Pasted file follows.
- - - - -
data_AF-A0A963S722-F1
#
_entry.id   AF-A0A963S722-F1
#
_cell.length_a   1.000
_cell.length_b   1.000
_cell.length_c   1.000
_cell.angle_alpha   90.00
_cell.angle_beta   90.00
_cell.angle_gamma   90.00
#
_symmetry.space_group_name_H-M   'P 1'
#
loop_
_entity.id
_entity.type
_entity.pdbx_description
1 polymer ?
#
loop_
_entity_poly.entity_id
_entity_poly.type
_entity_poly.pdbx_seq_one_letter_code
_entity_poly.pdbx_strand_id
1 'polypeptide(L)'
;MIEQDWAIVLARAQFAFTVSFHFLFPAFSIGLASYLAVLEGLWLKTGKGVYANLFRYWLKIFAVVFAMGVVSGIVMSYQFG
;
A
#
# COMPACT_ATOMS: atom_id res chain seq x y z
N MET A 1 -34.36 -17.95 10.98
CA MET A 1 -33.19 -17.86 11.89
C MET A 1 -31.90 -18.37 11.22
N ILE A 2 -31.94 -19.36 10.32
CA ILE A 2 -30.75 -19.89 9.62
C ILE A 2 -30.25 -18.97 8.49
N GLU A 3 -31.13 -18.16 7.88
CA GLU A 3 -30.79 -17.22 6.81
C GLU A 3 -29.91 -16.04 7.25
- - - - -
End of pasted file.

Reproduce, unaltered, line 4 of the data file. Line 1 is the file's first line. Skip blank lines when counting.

#